Addressing the allegations of Russia “hacking the US election” during his year-end news conference, President Obama provided considerable new details about the official government narrative of what happened. Unsurprisingly, the new details don’t add up, nor fit into the narrative as previously offered.
Obama once again provided no evidence of Russia’s involvement in the hacks, starting once again with the assumption that Russia did what he conceded was a “not particularly sophisticated” hacking attack, and then drew the conclusion that because Putin has a lot of pull in Russia, he must’ve been directly involved.
The most curious aspect of Obama’s narrative, however, is that he claims the hacking attacks stopped entirely in early September after a single direct warning to Putin. Obama claimed to have spoken directly to Putin in early September, when both were in China, and told him to “cut it out.”
Obama insisted after this single warning “we did not see further tampering of the election process” by anyone afterwards. This doesn’t at all fit into the previously provided storyline, which claimed repeated and serious efforts to hack the election.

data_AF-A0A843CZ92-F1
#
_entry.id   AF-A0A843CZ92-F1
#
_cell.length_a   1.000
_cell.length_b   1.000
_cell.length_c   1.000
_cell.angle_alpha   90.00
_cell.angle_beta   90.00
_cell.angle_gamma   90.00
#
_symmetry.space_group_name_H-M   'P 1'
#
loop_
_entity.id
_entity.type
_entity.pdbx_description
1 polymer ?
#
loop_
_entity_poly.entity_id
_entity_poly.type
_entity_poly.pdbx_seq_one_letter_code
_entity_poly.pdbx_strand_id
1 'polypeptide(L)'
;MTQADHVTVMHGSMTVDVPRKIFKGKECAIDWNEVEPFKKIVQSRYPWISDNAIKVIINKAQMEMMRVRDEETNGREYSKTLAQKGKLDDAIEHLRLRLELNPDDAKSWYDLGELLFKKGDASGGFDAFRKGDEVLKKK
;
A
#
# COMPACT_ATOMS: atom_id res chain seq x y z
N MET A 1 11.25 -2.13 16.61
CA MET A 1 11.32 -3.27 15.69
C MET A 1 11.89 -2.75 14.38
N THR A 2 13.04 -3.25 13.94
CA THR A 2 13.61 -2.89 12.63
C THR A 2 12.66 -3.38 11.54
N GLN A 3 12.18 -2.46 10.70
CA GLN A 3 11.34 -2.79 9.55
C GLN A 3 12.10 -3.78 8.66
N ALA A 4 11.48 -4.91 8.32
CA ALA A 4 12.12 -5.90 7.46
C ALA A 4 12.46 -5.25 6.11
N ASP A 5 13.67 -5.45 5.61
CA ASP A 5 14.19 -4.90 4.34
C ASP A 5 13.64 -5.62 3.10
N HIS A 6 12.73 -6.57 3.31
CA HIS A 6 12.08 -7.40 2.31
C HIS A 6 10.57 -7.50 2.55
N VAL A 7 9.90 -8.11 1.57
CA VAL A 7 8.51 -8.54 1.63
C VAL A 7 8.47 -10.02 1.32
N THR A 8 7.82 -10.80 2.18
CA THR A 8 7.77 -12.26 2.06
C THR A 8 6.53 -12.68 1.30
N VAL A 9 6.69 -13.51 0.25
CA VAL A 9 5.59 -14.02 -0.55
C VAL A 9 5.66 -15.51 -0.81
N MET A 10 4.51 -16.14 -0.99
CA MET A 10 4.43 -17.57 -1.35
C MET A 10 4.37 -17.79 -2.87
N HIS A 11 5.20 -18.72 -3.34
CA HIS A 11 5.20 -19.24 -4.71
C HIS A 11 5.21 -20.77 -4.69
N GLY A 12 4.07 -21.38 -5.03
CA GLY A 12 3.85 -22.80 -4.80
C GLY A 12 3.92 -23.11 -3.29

It also doesn’t make a lot of sense that the US kept making public threats to Russia through the week of the election itself. Obama’s comments would suggest the administration kept hyping the matter and making additional public threats for no reason, despite having obviously handled the matter months ago.
If the hacking stopped way back in September, it also doesn’t make sense that officials continue to hack the hypes as an ongoing thing, nor does it make sense that the story has gained so much more attention in the past week, despite being long over.
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